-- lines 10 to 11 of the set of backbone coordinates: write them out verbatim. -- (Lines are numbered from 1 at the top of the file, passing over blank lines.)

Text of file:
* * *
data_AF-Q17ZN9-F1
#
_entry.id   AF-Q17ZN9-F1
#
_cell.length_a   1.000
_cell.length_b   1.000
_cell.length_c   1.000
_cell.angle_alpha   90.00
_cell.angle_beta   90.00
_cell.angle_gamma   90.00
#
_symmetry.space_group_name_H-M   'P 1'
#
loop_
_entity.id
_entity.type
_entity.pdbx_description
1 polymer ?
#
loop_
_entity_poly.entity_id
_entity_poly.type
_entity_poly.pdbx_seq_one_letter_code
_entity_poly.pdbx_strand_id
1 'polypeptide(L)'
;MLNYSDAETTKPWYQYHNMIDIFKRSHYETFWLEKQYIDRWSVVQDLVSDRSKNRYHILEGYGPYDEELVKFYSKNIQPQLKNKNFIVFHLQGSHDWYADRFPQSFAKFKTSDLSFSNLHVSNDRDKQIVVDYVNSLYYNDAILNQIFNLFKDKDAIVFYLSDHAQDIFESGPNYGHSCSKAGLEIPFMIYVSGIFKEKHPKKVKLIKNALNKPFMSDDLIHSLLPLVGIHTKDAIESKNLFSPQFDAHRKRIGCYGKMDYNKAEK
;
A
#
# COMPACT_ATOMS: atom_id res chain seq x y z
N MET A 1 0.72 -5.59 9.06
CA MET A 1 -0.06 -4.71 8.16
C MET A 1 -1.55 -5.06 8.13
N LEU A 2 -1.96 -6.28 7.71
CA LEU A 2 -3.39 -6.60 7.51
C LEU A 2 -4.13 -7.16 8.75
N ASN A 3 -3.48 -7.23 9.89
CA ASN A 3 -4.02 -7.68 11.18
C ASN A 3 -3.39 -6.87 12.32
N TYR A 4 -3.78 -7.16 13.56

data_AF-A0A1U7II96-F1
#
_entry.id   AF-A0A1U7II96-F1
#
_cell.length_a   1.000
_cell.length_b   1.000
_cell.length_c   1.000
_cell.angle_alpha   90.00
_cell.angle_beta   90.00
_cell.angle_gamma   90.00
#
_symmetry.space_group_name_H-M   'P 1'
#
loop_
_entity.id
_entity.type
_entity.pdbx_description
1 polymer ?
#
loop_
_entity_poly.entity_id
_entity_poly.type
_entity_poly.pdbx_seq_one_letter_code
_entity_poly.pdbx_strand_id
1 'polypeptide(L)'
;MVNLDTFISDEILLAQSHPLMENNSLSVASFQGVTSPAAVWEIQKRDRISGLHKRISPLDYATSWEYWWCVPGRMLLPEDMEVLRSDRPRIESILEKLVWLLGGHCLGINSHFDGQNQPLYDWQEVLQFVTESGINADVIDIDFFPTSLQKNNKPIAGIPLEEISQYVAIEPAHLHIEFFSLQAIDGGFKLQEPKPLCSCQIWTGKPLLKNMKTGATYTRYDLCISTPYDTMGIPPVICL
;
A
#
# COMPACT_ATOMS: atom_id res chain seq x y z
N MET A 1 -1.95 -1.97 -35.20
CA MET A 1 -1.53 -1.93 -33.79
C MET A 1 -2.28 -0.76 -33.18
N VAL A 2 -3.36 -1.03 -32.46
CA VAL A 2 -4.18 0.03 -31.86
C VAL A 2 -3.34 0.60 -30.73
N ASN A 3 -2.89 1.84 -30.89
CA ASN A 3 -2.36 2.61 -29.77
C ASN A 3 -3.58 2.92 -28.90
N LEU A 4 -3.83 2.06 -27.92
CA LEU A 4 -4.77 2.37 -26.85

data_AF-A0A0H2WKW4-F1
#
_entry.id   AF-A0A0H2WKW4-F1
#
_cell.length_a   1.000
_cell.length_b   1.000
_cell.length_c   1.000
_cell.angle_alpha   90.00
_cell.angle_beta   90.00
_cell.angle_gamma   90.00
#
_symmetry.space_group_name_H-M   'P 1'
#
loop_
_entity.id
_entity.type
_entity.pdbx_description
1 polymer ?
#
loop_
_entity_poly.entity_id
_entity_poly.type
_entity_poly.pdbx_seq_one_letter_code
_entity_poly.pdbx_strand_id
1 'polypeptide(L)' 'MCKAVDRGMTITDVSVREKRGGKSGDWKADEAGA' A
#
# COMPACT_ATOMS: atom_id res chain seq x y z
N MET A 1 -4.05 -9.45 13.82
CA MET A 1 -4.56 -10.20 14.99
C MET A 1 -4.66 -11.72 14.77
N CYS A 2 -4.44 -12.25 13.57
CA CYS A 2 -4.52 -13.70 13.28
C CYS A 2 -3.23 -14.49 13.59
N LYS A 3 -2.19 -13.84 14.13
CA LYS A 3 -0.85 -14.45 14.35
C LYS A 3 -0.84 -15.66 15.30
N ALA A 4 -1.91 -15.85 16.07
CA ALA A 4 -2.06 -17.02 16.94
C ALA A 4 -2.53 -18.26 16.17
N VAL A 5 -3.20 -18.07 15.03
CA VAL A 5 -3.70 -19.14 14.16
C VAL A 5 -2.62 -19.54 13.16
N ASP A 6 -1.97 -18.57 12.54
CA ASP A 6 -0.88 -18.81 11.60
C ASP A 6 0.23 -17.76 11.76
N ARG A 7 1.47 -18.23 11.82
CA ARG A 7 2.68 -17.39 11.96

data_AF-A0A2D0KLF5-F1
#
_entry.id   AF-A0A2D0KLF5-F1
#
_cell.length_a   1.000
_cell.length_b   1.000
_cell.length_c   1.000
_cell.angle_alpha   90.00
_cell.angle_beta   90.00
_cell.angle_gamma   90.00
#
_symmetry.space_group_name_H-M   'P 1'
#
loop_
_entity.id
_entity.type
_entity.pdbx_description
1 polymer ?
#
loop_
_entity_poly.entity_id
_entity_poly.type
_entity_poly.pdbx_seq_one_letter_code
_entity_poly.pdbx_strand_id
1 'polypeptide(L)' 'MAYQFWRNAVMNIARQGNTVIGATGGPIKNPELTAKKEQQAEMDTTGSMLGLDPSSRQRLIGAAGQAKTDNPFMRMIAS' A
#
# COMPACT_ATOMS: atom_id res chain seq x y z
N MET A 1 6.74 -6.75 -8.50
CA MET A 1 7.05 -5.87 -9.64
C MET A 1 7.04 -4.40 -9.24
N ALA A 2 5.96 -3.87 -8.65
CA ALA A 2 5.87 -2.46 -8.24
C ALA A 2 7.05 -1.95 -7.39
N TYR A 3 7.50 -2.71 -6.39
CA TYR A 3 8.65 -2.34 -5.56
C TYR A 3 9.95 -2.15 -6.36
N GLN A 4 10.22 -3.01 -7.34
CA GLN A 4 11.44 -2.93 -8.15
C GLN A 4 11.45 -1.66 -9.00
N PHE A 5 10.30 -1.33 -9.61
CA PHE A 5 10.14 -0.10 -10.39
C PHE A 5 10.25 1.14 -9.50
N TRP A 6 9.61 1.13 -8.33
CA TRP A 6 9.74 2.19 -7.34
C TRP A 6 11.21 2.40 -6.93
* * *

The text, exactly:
_cell.angle_gamma   90.00
#